photo by Charles Edward Case

In Matthew’s Gospel narrative, it doesn’t take long for the coziness and light of the stable and the heavenly host to give way to fear and darkness. Power lashes out, in a twisted expression of violent self-preservation. Herod, threatened by rumors of a king that could supplant him, orders the murder of every male child in his region under two years of age.

Scripture tells us that Herod was in a “furious rage.” So, we know from the text that part of his motivation was vengeance. I wonder also if he issued his bloody decree so that he could feel safe. By eliminating perceived threats by any means necessary his position could remain secure—or so he thought. Power self-perpetuates and self-protects. And, more often than not, the defenseless suffer in the process.

We see this process unfolding in our own nation. It is especially pronounced on our southern border and in all areas where power structures thrive by “othering” individuals and groups. And I know that many of us have cried over this, and prayed, and fought the injustices we know are happening with the means at our disposal.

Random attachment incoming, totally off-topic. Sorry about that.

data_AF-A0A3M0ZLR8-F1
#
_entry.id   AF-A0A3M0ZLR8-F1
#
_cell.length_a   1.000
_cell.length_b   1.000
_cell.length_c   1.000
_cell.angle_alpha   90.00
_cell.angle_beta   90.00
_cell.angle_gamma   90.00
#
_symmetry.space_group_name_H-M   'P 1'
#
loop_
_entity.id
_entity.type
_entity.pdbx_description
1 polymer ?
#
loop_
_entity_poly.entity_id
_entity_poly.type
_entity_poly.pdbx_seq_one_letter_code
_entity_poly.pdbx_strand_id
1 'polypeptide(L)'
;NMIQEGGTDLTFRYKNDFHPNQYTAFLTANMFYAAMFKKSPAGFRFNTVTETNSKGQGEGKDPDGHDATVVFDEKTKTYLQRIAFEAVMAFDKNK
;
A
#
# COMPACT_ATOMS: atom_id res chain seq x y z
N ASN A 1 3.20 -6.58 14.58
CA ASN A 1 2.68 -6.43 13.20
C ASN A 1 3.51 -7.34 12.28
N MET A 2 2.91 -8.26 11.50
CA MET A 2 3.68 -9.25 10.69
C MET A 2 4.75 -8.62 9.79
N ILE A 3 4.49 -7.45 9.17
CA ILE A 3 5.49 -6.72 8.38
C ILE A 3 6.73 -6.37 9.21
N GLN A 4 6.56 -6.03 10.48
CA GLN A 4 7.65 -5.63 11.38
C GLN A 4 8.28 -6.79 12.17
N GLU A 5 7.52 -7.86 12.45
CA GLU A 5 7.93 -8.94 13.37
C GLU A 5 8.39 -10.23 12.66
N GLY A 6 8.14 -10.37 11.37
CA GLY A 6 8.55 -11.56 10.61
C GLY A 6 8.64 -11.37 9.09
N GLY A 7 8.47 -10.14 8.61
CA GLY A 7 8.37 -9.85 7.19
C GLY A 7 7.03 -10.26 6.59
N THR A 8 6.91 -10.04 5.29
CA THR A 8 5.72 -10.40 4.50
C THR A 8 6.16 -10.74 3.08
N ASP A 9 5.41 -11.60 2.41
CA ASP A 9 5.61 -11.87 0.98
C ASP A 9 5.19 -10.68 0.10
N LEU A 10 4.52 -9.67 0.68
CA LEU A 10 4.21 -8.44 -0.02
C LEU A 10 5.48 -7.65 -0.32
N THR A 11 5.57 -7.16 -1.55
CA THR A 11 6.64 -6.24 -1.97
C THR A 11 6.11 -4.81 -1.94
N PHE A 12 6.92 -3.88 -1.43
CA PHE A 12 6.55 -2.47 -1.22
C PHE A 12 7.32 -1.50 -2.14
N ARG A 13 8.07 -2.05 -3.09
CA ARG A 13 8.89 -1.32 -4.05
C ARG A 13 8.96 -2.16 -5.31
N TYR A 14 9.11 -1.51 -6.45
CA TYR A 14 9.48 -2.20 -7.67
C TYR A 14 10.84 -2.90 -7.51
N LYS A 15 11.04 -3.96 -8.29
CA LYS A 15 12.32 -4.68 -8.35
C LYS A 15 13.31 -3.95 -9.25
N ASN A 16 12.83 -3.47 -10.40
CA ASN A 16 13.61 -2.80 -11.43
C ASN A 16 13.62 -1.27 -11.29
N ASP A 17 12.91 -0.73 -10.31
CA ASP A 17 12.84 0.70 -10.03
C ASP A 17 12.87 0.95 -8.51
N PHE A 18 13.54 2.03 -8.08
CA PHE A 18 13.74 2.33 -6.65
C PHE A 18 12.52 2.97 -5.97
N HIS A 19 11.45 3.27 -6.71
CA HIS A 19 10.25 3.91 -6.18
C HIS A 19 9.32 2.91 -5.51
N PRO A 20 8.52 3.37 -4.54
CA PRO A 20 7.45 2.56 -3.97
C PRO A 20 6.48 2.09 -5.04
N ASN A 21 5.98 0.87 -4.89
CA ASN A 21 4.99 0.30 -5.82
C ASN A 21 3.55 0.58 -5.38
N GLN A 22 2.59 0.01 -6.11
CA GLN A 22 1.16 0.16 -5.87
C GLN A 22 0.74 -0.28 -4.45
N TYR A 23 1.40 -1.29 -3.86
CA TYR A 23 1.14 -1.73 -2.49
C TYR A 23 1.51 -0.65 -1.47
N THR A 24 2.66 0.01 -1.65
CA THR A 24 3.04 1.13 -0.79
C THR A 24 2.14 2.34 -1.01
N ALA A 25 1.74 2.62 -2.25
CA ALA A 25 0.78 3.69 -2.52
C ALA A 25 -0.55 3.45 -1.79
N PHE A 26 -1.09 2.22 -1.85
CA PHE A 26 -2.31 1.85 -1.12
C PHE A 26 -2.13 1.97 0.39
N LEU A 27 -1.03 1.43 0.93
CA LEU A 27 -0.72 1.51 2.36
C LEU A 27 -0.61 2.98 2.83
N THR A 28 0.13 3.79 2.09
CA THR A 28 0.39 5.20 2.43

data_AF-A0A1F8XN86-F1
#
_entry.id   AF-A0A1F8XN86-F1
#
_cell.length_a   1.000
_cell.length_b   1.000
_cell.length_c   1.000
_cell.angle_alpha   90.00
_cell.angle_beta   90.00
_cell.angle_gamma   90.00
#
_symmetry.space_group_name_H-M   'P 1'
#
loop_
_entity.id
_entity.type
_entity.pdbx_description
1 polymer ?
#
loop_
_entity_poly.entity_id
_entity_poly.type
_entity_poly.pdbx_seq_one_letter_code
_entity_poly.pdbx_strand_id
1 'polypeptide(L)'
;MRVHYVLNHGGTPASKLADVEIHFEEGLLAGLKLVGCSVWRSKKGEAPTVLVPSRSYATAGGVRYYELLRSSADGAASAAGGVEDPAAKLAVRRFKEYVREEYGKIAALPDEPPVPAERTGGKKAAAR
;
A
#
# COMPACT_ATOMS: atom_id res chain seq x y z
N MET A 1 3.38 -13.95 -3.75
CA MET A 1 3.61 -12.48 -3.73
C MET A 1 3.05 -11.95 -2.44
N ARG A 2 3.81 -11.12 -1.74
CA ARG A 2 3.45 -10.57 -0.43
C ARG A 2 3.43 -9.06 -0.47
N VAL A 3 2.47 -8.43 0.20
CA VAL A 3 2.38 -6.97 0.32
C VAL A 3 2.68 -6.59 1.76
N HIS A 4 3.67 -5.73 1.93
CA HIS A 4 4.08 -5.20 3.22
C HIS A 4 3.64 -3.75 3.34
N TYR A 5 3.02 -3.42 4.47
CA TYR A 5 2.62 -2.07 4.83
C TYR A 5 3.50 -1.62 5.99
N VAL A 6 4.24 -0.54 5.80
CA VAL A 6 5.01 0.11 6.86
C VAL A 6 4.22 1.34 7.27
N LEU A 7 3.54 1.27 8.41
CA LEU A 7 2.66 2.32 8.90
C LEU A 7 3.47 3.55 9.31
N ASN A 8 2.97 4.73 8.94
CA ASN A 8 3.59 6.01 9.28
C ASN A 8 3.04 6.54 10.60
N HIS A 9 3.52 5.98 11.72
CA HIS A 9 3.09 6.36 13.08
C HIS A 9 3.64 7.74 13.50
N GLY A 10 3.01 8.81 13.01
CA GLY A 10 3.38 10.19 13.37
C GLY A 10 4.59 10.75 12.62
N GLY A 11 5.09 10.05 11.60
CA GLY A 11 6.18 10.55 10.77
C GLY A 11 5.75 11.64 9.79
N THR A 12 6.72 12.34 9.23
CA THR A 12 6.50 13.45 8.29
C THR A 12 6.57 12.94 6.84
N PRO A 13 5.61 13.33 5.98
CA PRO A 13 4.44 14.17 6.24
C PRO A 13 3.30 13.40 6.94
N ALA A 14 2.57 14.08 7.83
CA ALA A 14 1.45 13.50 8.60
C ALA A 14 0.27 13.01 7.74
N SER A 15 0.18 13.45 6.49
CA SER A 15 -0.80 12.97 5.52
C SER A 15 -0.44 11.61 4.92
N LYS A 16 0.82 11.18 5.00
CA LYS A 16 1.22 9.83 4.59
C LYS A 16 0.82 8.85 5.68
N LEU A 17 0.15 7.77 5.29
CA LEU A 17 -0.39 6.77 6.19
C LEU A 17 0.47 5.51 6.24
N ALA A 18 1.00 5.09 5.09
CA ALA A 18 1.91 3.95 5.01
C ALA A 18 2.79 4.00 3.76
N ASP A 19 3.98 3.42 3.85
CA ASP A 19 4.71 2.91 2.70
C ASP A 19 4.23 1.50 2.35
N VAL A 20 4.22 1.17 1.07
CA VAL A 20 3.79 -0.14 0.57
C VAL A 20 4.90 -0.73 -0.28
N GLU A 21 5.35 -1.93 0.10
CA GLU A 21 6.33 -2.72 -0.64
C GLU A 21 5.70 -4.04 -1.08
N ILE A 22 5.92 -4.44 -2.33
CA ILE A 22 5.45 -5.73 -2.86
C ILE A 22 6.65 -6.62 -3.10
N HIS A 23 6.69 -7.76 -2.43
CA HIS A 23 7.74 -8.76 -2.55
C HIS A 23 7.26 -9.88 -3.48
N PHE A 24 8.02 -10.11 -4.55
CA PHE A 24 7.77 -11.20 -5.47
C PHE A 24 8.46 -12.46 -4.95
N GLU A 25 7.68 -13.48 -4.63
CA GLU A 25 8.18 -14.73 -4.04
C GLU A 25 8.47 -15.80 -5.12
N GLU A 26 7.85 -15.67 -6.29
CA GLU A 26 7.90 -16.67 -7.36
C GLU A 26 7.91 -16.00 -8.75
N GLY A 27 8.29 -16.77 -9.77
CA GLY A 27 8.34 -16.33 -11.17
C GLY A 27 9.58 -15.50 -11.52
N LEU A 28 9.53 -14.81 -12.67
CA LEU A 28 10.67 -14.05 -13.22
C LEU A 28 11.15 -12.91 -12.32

And still the work continues. Perhaps that is the power of heartwarming celebration existing so closely with the heartbreaking tragedy: so that God’s gifts can sustain us as we reject violence and build community. So that God’s presence with us can galvanize us to respond to fear with love.